As the Candy Cane Express weaves its way through the tall shady evergreens and beaming children board Santa’s Sleigh Roller Coaster before meeting the big man in red himself, the Christmas magic is inescapable at Santa’s Village.

It’s part of the reason why Sara Dunkley and her husband Brad jumped at the opportunity to buy the park when the previous owner retired.

From the charming log cabin titled “Mrs. Claus’ Bakeshop” to the lively petting zoo where “Santa’s reindeer” are on full display, families visit the park to revel in the holiday spirit during the park’s open season in the summer and during special events held over the rest of the year.

Dunkley herself has fond memories of taking a short 40-minute drive with her family from her childhood home in Orillia, Ont. to Bracebridge, Ont., where the theme park is located, approximately 190 kilometres north of Toronto.

It was those heartwarming memories that ultimately convinced Sara and Brad, who also visited Santa’s Village as a child, to keep the Christmas spirit alive by purchasing the 60-acre amusement park in November 2016.

“We love amusement parks,” Sara told during a telephone interview from Toronto in November. “It just seemed like a really fun project for us to take on and a new challenge.”

Santa's Village

Now living in Toronto, the couple has another reason to embark on the two-hour drive north to Bracebridge – their three young sons.

Aged 11, nine, and five, Sara said her three sons have become important collaborators in coming up with new ideas for the theme park. She said she often takes their children to other amusements parks in order to see how they react to certain rides and to gauge their enjoyment of the overall experience.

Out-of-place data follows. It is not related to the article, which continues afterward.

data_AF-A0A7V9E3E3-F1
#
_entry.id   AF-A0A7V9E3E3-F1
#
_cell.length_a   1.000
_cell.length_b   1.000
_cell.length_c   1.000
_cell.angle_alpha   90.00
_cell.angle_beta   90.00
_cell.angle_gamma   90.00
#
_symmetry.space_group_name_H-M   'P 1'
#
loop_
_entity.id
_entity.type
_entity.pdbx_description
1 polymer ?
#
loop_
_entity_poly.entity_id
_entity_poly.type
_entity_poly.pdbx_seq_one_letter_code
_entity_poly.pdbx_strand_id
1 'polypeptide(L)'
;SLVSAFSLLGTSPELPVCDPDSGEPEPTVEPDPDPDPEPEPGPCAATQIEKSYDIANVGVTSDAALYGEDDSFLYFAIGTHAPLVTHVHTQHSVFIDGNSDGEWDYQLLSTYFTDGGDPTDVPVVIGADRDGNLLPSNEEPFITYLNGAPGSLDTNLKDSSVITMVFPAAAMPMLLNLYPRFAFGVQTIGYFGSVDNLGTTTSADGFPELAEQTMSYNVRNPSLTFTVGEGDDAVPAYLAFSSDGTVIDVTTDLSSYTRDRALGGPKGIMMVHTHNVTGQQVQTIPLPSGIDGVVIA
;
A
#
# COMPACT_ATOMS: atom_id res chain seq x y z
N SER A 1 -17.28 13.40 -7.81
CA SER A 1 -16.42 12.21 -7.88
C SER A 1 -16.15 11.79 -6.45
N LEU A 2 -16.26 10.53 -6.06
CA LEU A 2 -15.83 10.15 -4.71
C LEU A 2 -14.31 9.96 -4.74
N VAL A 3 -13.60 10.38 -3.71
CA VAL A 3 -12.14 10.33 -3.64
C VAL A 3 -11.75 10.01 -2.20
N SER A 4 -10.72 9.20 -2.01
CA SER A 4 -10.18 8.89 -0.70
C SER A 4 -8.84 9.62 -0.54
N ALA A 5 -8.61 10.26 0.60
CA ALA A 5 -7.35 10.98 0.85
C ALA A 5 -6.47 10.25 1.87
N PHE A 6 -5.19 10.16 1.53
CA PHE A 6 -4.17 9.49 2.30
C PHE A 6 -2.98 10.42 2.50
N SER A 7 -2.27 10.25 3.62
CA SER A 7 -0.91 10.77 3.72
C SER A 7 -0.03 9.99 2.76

Armed with that useful information, Sara said she tries to determine what their theme park is missing and how it might be improved.

“It’s a really creative project,” she explained. “We’ve done some ride-building, some renovations… We’ve developed some mascots and we’ve really enjoyed it.”

Along with being able to spend quality time with her sons scoping out the competition, Sara said taking ownership of Santa’s Village has also allowed her and her husband to work on something together. Brad works in the investment industry and Sara manages Brad’s father’s business of selling billboards, so the couple hasn’t had a lot of time to embark on a project together.

“It’s been a good challenge,” she said. “A really fun one for Brad and I to take on together.”

Together, the couple – who are in their early forties – have already made a number of changes to the theme park in their two years of ownership, including several new rides.

Some of the latest additions to the family-oriented park include two new mascots named Peppermint Penguin and Snowbo (a dog), a spinning rollercoaster that is also penguin-themed, a tower ride with decorative air balloons, new pirate-themed paddle boats, and a classic-style carousel.

Santa's Village

The pair appears to have no plans to slow down, either.

Sara said construction is currently underway for a farm-themed ride involving the park’s popular petting zoo. The plan is to have children board a cartoony tractor that will move along a track through the petting zoo.

“It’s going to be really fun. It’s really cute,” she explained. “The tractors are kind of themed to look like tractors that Dr. Seuss would have imagined. They’re very colourful and vibrant. I think that will be a very exciting attraction and really beautifully fit in to that area of the park.”

The Dunkleys’ dedication to keeping the Christmas magic alive is evident in their long-term plan to have the amusement park operational all-year round.

Sara said attendance has been up at the park since they’ve introduced their newest attractions.

“The feedback has been wonderful,” she said. “They love the new rides, the new characters.”

Even with the shiny new Peppermint Penguin Coaster or the storybook carousel, Sara said the highlight for families continues to be the much-anticipated visit with Santa Claus himself.

Santa's Village

“Those special moments that children have with Santa and the conversations they’re having, that continues to be the area that kids really enjoy the most at our park,” she said.

Dunkley said it’s those tender moments that create memories for generations to come and why she and her husband wanted to become more involved in Santa’s Village in the first place.

“[We have] an appreciation for how much love there is for the park and the community,” she said. “It’s a generational experience that our customers are having. So we just really deeply value and appreciate that.”